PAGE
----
Sim Wong Hoo appeared to be in good health and ran marathons, say friends at wake of Creative founder
Outside the Garden of Remembrance memorial hall, flowers were lined up from tech firm founders like Razer’s Tan Min-Liang, Singapore companies including Challenger and Osim, as well as arts organisations like the Kuo Pao Kun Foundation.
SINGAPORE: The death of tech pioneer Sim Wong Hoo came as a shock as he seemed to be in good health, according to friends who attended his wake on Thursday night (Jan 5).
More than 100 people turned up to pay their last respects to the Creative Technology founder and CEO at the Garden of Remembrance.
Mr Sim died on Wednesday at the age of 67. In 1981, he founded Creative, which is best known for its Sound Blaster sound cards. The company designs, manufactures and distributes digital entertainment products worldwide.
Outside the memorial hall, flowers were lined up from tech firm founders like Razer’s Tan Min-Liang, Singapore companies including Challenger and Osim, as well as arts organisations like the Kuo Pao Kun Foundation.
Prominently displayed was a photo of Mr Sim completing a marathon.
Mr Leow Siew Kiat, 58, a former employee, said that he was surprised to hear the news of Mr Sim's death, as he seemed healthy and even ran marathons.
Mr Leow, who joined Creative in 1994 and worked there for a total of 12 years, said he twice left the company but returned each time because Creative was like "home", before finally leaving for a third time.
He also said that Mr Sim drove the employees hard, but also cared a lot about them and had no airs.
Mr Leow remembered how Mr Sim would buy durian for the staff and eat along with them. He also shared that Mr Sim would pass around a bag filled with generous red packets during Chinese New Year and let the staff “pick their own ang pao”.
In its heyday, Mr Sim and Creative gave a generation of Singaporeans “confidence”, “exposure” and a chance to “stand up” on the world stage, he said.
Ms Chew and Ms Lim, his secondary school classmates from Bukit Panjang Government High School, also said that Mr Sim seemed to be in good health, and was "shocked and sad" when they heard the news.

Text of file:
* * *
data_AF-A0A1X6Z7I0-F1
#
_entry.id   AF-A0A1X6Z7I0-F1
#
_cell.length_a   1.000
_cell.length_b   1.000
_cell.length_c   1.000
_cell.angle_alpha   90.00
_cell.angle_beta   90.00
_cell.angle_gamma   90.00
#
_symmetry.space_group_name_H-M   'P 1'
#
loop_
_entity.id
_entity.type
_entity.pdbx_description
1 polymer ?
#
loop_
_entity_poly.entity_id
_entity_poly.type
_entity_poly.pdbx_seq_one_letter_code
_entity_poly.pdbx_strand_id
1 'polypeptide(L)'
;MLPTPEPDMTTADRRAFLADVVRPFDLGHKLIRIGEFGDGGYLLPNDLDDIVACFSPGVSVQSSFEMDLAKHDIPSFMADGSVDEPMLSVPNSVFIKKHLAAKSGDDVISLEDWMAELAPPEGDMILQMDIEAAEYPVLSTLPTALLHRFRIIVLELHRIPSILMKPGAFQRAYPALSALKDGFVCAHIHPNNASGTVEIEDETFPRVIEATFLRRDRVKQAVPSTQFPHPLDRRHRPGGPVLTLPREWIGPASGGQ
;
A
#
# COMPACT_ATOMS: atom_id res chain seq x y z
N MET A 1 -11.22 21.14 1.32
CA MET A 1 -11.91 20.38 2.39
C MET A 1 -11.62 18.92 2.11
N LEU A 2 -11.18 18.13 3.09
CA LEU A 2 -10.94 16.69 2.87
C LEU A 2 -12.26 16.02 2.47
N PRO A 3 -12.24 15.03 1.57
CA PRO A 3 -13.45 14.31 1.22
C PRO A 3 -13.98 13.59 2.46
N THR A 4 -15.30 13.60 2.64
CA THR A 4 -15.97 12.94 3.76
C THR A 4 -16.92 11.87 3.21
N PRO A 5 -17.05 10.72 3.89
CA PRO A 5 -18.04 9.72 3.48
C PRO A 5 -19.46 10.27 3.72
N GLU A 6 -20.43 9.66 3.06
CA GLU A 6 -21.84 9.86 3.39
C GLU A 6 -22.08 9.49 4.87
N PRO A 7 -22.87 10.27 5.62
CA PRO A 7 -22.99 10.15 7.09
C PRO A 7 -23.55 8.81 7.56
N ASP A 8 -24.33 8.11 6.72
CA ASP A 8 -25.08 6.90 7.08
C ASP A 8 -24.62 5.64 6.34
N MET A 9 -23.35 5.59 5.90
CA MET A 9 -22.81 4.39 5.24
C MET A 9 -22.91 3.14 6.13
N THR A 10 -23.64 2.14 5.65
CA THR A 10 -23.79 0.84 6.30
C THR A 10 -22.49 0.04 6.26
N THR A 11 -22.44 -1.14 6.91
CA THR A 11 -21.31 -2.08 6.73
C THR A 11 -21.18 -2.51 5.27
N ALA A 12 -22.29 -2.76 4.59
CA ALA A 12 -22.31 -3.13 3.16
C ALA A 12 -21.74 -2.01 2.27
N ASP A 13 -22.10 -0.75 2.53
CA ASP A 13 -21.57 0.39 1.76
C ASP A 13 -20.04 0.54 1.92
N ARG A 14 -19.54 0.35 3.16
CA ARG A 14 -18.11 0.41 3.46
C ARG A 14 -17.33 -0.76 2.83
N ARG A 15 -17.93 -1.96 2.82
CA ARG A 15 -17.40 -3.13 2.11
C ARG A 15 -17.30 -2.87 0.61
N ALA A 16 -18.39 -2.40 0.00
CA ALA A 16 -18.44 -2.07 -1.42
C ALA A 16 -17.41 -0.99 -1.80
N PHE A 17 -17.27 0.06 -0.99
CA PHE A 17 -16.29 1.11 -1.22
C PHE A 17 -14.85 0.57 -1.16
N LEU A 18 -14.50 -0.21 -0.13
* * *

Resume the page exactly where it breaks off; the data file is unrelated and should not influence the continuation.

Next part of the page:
Interviewees said that they did not know the cause of his death, but one close friend said he was found dead unexpectedly.
Ms Lim, who did not disclose her full name, said she had met Mr Sim last Saturday by chance while out walking, and they had just gathered in October at the wake of another friend. The close friends still met up at past Chinese New Years, they said.
"MODEST AND HUMBLE"
"He’s very modest and humble … very generous to his friends," said Ms Chew, who also did not reveal her full name.
According to media reports, Mr Sim had been drawing a nominal annual salary of S$1 for a number of years and lived a simple life.
A 2019 interview with Yahoo Finance revealed his hobbies included playing the harmonica to writing Chinese novels.
He had written six books but stopped doing so in 2005 to focus on Creative.
Professor Kwok Kian Woon, the vice-chancellor of the University of the Arts Singapore, said he had known Mr Sim since the early 2000s, calling him a "most exceptional man".
He said that Mr Sim's passion for the arts was perhaps not as well known as his achievements in tech, but he had provided “very significant support” for the arts, in particular for the work of the late Kuo and for theatre training.
“What others think may well be impossible, he would think possible,” said Prof Kwok.
A MUSIC LOVER
Ms Lim Sau Hoong, a stalwart of the advertising industry, said that Mr Sim loved music and had taught himself how to play the piano. He also played the accordion and used to organise music and cultural activities at Creative, she said.
They started as business partners and had become friends over the years, Ms Lim said, adding that Mr Sim had given her and her company 10AM Communications both financial and moral support.
“If you get to know him, he’s actually an introvert, but as a company leader, he was forced to speak in public and face the media,” she said in Mandarin.
He still had many dreams to fulfil, and he wanted to contribute more to the world of sound and tech, she said.
“It’s a pity … I was so shocked when I heard the news, even now I can’t believe it,” she said.